Processes, technologies and tools that are necessary to transform data into information, information into knowledge, and knowledge into activities that benefit an organization. Bl comprises data warehouses, analytical tools, and knowledge and content management

Negash (2004)

A system that integrates and stores data, manages knowledge using analytical tools so that decisionmakers can convert information into a competitive advantage

Olszak and Ziemba (2006)

A set of concepts, methods, and processes whose goal is not only to improve business decisions but also to support an organization's strategy

Oracle (2007)

A portfolio of technologies and applications that provide an integrated organization management system, including finance, management, Bl applications, and data warehouses

Table 2.1 Continued



SAS Institute (Ing, 2011)

Providing the right information to the right people, at the right time, to support better decision-making and competitive advantage

Turban et al. (2014)

A term that comprises tools, architectures, databases, data warehouses, performance management and methodologies which are integrated within unified software

Watson, Fuller, and Ariyachandra (2004)

A system that assists users in managing large quantities of data and in making decisions

White (2004)

A term comprising data warehouses, reporting, analytical processes, performance management, and predictive analyses

Williams and Williams (2007)

A combination of products, technologies, and methods for discovering key information to improve profits and productivity within the organization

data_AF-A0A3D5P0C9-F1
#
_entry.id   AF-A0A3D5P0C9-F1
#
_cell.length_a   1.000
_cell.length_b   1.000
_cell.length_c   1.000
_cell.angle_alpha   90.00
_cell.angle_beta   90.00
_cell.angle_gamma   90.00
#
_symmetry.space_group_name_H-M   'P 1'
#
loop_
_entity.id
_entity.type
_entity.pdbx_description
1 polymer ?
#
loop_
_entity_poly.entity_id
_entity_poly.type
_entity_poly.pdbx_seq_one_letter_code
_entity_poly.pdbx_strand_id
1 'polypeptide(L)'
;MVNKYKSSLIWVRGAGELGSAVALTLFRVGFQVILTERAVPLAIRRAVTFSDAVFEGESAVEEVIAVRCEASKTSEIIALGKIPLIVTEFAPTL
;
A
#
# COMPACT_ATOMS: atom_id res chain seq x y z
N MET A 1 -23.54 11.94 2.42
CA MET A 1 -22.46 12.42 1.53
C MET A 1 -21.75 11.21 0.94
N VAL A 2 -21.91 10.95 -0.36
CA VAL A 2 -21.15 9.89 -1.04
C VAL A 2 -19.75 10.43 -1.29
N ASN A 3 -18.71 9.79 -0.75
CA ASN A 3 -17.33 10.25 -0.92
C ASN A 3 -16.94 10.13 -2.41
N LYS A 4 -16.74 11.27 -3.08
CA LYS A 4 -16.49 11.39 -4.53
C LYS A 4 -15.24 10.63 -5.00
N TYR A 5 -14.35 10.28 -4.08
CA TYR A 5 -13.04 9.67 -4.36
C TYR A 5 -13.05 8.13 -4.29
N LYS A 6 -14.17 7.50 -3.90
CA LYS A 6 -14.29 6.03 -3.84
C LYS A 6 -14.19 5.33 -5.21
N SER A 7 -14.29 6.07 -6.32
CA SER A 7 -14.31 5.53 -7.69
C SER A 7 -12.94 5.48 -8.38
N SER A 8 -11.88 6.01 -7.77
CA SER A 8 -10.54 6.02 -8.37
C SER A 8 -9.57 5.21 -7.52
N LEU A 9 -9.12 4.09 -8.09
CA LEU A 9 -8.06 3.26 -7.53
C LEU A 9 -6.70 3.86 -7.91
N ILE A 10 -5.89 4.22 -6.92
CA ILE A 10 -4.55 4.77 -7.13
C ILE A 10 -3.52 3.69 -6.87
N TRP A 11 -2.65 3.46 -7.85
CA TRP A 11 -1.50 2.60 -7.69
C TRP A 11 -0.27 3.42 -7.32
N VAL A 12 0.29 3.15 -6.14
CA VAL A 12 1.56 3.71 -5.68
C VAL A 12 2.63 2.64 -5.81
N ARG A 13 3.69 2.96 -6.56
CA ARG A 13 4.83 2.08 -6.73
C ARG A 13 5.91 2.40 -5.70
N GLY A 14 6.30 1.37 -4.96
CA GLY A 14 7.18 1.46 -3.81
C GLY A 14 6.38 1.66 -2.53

faster decision-making but also enables the discovery of new business opportunities and the identification of factors on which this development depends (Laudon &C Laudon, 2018). In other words, BI stands for the synergy of data, information, processes, tools, and technologies for data mining and multidimensional analysis (Wells & Hess, 2004; Liautaud & Hammond, 2001). Such synergy, according to many researchers (Kalakota & Robinson, 1999; Turban et ah, 2014), serves to improve the decision-making process, in particular to improve the quality of expertise, forecasting event scenarios, developing good business practices, as well as building a network of experts and competence centers. It is also claimed that BI enables discovering new knowledge that is important from the point of organization’s competitiveness, entering new markets, acquiring new customers, and introducing new sales channels. In the opinion of some authors, BI means a new work culture based on information sharing (Gray, 2003). It is also highlighted that BI facilitates the development of various strategic initiatives aimed at (Figure 2.1): (a) carrying out fundamental changes in an organization, establishing new relationships and introducing innovative products; (b) optimizing relationships with customers, suppliers, and other stakeholders; (c) modifying and improving business strategies in order to obtain a competitive advantage, improving business processes, increasing profitability and achieving set management goals; and (d) a better understanding of the functioning of organization, minimizing the risk of business operations, and improving organization’s performance.